The American civic poet… strives not only to speak to us with vigor and sympathy in our common language, but also to reveal how crucial that language is to our struggles and hopes as citizens. Pinsky is our finest living specimen of this sadly rare breed, and the poems of “Gulf Music” are among the best examples we have of poetry’s ability to illuminate not only who we are as humans, but who we are — and can be — as a nation.”
— The New York Times Book Review
“Viral Quiet“ by Robert Pinsky captures the coronavirus.
“On Thursday, April 23, a beautiful spring day when Boston University’s Charles River Campus would normally have been buzzing—with jam-packed sidewalks and bike lanes, overflowing buses and MBTA trolleys, and energized labs and classrooms—it was an alternate universe. The drone footage for this video, shot from 10:30 am to 7:30 pm that day from as high as 250 feet, captures an eerily quiet landscape, devoid of nearly any human interaction.
BU Today asked three-time US poet laureate (1997–2000) Robert Pinsky, a William Fairfield Warren Distinguished Professor and a College of Arts & Sciences professor of English, to put words to the video.”
Peter Balakian on Robert Pinsky’s “Samurai Song” in the The Poetry Society of America
In The Poetry Society of America’s reading series Reading in the Dark, Peter Balakian shares the poem he returns to in difficult times.
“The poem takes Keats’ notion of negative capability to a more complex place by exploring how absence yields presence and how the mind finds its way into a surprise of insight grounded in paradox and reversal: “When I had / No supper my eyes dined”; “When I had no eyes I listened. / When I had no ears I thought.” The poem balances the philosophical with the existential as it navigates the imagination’s capacity to see—to move from metaphor to insight. Pinsky summons the warrior spirit in ourselves that can engage difficult times with lyric language under pressure, and with the imagination, which is, to recall Kenneth Burke’s phrase, ‘equipment for living.'”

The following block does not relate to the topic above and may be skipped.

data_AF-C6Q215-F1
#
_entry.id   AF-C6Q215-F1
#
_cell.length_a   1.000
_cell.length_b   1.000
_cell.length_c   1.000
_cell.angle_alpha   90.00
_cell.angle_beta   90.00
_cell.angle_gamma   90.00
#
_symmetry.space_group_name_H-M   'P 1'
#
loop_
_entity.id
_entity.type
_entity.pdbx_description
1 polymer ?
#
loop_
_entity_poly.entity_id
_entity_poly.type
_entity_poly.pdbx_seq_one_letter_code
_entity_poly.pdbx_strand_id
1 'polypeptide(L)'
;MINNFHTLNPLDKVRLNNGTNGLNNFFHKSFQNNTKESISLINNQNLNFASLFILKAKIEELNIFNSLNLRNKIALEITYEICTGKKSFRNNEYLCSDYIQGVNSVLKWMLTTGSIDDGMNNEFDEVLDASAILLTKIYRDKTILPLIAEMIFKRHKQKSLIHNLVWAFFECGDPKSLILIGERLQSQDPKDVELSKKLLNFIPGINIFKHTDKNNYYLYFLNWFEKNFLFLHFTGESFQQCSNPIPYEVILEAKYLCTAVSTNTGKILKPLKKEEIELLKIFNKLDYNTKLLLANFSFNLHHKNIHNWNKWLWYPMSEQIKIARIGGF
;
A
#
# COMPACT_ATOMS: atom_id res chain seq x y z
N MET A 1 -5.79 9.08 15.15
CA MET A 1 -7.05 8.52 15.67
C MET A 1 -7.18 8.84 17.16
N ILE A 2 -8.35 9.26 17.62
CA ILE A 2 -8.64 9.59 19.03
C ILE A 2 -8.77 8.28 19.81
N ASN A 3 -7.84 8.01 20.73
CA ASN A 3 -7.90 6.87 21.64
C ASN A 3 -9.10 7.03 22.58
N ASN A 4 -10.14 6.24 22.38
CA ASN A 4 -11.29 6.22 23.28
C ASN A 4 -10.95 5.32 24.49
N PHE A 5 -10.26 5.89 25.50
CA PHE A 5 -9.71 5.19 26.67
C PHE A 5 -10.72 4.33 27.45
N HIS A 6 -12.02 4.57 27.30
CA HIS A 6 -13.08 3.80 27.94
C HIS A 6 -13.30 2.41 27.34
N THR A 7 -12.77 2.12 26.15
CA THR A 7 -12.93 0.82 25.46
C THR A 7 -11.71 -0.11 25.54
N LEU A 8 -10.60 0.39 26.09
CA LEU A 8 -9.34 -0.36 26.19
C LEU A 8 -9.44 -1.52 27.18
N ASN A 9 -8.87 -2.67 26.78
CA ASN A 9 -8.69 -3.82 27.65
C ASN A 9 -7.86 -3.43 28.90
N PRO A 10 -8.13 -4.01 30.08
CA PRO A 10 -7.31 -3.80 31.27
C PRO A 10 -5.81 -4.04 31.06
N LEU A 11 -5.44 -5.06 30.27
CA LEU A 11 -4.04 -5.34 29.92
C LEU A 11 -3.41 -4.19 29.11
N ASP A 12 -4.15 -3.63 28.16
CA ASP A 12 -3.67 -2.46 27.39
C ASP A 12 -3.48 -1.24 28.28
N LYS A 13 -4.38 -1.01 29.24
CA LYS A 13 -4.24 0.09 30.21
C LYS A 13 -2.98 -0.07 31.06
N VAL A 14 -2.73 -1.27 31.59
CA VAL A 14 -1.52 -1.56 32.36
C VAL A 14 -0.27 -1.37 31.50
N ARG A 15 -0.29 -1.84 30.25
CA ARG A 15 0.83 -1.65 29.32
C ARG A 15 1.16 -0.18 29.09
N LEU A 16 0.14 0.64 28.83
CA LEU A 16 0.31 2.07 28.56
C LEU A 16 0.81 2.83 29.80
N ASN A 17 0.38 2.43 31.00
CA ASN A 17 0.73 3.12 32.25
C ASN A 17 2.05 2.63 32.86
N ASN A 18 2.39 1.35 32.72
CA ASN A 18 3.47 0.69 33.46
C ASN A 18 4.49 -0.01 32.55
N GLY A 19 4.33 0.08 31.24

“Privacy” by Robert Pinsky
“The Privacy Project: Novelists, poets and artists imagine life in the age of surveillance.” Read Robert Pinsky’s new poem Privacy on the NYTimes.com.
A New Anthology edited by Robert Pinsky: The Mind Has Cliffs of Fall: Poems at the Extremes of Feeling
Robert Pinsky’s new anthology, The Mind Has Cliffs of Fall: Poems at the Extremes of Feeling (W. W. Norton & Company) explores poetry at its extremes ~ despair, grief, love and rage, manic laughter.
“The Mind Has Cliffs of Fall is a thrilling rollercoaster ride of an anthology. Just when you think you have mastered the pitch and roll of one emotional extreme, you find yourself careening around a bend into a different extreme. And Pinsky’s individual selections are at once deft and surprising: a Renaissance Old Master like Fulke Greville sits cheek-by-jowl with poets like Keetje Kuipers and Katie Willingham, born within hailing distance of the present. The collection is a perfect introduction to poetry’s enduring power to explore the utmost bounds of our experience.”
—Stephen Greenblatt, Pulitzer Prize winner and author of Tyrant
Thursday, March 25th at 7:00pm EST
Robert Pinsky, as part of the UANLeer will give a reading and talk on poetry in translation as it pertains to his poetry collection Ginza Samba.
This is an online event based in Mexico. More information here…
Bruce Springsteen and Robert Pinsky on “Samurai Song” and their New Jersey roots.